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Exploring the Brains behind the Noise

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It’s been almost forty years since brothers Stig and Rob Miller joined up with Andy Hoare and Clive Barnes to form Amebix.  It was 1978, two years after The Sex Pistols had played their breakout Marquee gig and the same year that saw The Ramones turn ever so slightly pop with their release Road to Ruin.  The long and well documented history of Amebix is one that has watched the underground crust punk/metal crew garner the praise of some of the most elite in heavy music with bands like Neurosis and Bathory citing the band as a direct influence on their own music.  The band’s style of punk was grittier than their contemporaries, setting them in a category that remains wholly their own and one that we’ve hopefully not heard the last of.  SfB talked to guitarist Stig Miller recently about the band’s history, the evolution of punk, and what he anticipates for the future of their music in this special two-part interview feature.  

photo credit: Fin McAteer

What brought you to music in the very beginning, Stig?  What was Amebix born out of from your perspective?

Thinking about it, I grew up in a real small town, and there wasn’t really any opportunities there for anything or for someone like me, really.  There wasn’t any opportunities for doing anything artistic where I came from, and it really was that Amebix was born out of boredom, unemployment, frustration, and lack of opportunity – just something to fill in the days.  A lot of the time.  Which eventually developed into something different.  I mean, originally we started out doing A Band With No Name, which is a kind of semi-joke band, really, but it was a way of us actually learning something about how to play an instrument.  Not in a normal way, but the logistics of setting up equipment and playing.  But my take on it is that it was born out of lack of opportunity, boredom, poverty, and frustration. 

 

Do you think people are still artistically compelled today by those same things, specifically with regards to poverty, or has that motivational aspect changed somewhat from your perspective?

I think in terms of the fact that anyone can make a record now, and anyone can make a piece of music – I mean, if you have the basic knowledge, that’s the amazing thing about digital recording.  But, in those days it was completely different.  My view of musicians then as a seventeen year old guy was that they were kind of like magical, special people that kind of came from another planet.  You just didn’t know anyone that played an instrument.  You didn’t know anyone that was in a band, really.  It’s a strange way of putting it, but these people seemed like they were gifted or something.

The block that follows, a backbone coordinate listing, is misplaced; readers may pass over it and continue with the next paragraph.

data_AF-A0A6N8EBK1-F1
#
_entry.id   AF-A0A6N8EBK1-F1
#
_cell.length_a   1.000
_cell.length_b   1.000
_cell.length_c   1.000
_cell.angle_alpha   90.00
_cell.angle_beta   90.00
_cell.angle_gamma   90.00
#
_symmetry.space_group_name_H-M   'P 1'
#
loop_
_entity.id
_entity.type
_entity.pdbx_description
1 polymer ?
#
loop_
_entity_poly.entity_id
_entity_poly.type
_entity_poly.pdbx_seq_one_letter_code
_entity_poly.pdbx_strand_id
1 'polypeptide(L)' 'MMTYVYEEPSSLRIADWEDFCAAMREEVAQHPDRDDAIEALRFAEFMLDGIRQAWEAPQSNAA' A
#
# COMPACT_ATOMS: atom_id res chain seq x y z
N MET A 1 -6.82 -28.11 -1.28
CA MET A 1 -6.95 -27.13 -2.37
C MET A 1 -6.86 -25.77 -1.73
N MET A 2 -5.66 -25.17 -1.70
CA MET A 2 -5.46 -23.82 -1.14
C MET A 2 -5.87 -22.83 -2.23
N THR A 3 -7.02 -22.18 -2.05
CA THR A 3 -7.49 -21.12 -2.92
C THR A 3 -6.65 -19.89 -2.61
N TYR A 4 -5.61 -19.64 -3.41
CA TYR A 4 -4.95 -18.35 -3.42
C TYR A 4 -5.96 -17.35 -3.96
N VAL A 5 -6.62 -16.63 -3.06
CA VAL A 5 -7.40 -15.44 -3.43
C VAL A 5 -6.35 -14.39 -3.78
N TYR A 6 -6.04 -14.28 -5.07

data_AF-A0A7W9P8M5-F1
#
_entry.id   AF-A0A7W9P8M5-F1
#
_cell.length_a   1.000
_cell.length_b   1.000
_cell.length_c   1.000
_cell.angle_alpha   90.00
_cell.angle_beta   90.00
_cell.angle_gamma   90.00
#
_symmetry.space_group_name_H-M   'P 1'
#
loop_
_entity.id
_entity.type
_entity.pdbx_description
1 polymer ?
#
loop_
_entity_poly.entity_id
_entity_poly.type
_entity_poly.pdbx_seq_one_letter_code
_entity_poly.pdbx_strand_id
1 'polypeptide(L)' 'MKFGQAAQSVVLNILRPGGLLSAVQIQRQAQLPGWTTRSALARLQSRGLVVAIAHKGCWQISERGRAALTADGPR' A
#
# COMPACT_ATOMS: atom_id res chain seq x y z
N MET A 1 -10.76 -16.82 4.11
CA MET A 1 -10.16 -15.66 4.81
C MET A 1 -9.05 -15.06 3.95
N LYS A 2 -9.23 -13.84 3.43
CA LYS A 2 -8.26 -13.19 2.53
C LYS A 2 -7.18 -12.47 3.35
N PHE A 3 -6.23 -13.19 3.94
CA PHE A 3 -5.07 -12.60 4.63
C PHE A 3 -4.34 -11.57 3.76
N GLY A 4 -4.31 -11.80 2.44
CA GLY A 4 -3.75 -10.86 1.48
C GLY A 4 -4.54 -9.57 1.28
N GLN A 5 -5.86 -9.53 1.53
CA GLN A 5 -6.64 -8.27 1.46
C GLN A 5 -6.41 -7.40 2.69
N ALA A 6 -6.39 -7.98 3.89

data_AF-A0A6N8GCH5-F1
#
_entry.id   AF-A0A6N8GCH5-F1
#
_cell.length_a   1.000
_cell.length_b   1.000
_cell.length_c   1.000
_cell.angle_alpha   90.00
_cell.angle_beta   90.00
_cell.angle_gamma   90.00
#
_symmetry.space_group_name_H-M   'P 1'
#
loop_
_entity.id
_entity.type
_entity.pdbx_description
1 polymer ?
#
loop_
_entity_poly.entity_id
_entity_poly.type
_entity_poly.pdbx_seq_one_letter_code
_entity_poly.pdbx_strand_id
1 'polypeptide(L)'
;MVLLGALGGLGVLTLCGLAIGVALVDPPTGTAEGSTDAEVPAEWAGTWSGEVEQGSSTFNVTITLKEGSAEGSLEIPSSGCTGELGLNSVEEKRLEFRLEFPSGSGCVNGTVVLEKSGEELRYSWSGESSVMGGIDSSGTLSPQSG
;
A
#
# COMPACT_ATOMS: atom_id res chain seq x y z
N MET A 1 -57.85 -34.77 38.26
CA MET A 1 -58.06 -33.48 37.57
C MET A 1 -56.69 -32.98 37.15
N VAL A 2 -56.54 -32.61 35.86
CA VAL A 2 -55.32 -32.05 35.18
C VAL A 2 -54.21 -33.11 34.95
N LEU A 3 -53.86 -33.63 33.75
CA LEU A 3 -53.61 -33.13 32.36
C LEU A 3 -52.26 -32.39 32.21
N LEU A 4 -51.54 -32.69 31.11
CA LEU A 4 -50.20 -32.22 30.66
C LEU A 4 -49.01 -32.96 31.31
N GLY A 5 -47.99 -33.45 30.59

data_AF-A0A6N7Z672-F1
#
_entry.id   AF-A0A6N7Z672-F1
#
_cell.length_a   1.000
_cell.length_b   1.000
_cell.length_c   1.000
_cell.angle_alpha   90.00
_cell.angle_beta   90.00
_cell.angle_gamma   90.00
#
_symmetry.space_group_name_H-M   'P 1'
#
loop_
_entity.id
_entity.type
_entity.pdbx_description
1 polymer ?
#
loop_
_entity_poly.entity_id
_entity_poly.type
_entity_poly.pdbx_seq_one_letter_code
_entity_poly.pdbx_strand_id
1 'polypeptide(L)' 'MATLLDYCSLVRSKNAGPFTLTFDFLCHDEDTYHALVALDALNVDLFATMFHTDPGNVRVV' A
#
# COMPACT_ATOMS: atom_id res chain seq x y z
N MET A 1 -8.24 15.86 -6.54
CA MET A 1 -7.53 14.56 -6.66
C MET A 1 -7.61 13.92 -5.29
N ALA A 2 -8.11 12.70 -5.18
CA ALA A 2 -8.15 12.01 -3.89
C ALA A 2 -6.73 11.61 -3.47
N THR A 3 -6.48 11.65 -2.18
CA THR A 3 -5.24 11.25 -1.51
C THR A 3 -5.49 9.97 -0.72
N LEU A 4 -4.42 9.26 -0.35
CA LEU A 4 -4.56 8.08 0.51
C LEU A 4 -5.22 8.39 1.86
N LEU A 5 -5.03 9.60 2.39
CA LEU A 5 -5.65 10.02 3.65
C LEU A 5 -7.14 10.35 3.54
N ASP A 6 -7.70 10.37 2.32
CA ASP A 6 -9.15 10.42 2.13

Like you had to go to music school for a hundred years and learn to do all these different things, or be like Jimmy Page or something.  The opportunity to just be a normal person and play music was something that only punk music brought to people, and people don’t quite understand that now and what a huge difference that made for things.  At that time, to be a musician was just a stupid dream for most people.  Unless you had money or were in the industry already or had contacts with the son or daughter of some rock star or something, there really wasn’t a chance of you doing music in any way or in any serious capacity at all. 

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Now that the issue of opportunity has pretty much been completely flipped on its head, do you see oversaturation as a kind of new impediment for today’s art and music world?

Yeah, I think possibly oversaturation.  It’s a great thing and a bad thing, really.  Anyone can make a piece of music, and anyone can put it up there, but it’s like for me, personally, if I’m making music, I’m sitting here going over it again and again.  But it’s like when you have Facebook and all these different things, and you put a comment up, and then you’re not really sure if that comment was such a good thing a week later.  You put a piece of music up that you just recorded that you thought was great at that time, and then it’s out there.  There’s nothing you can do about it getting it back.  [Laughs]  So I think people tend to just kind of bang these things off and chop them out.  I’ve always been into the thing of really working on something and making it something special that I know I won’t hate in a week or two, so that it’s something that I still think is good late on.  It’s a nice way to do things.  But it takes some time to do that. 

 

There’s something intrinsically punk about the kind of self-reliance that social networking has brought with regards to opportunities for the heavy music scene.  Do you see those core ideals or punk ethics as having stayed largely the same since Amebix first formed, or has there been some drastic change for the punk mindset since then?

I think people are saying the same things that they used to back then, but thinking about the internet and the essence of the internet itself, sharing, is a kind of punk idea if you think about it.  The free sharing idea is something that, I believe, wouldn’t have really – I think to a certain extent a lot of the ideas wouldn’t have happened without punk music and the idea of the free sharing of things.  And I think that just spread out onto the internet, and people are sharing their music, sharing their pictures, and sharing everything else.  To be honest, the thing is with the internet, we’re a whole nation now of fucking typists.  This is what we are now. 

We’re at this stage now where we express ourselves through a keyboard.  Everything we do now is done through a keyboard.  We don’t get out there and go and see gigs and talk to people or actually hang out in real time.  It’s all done in a virtual way, so people say things that maybe they wouldn’t say in normal, every day life, and they behave in ways that aren’t necessarily how they really are as a normal person every day.  So I can’t be sure of the integrity of a lot of these people when it comes down to meeting them face to face.  Anyone can sit there and type “Anarchy!  Blah, blah, blah,” all day long or any of these things.  There’s a lot of things with it, in general, and there’s a lot of people that have huge profiles in the internet sense, but then you actually meet them, and they’re not quite so loud or everything that they appeared to be.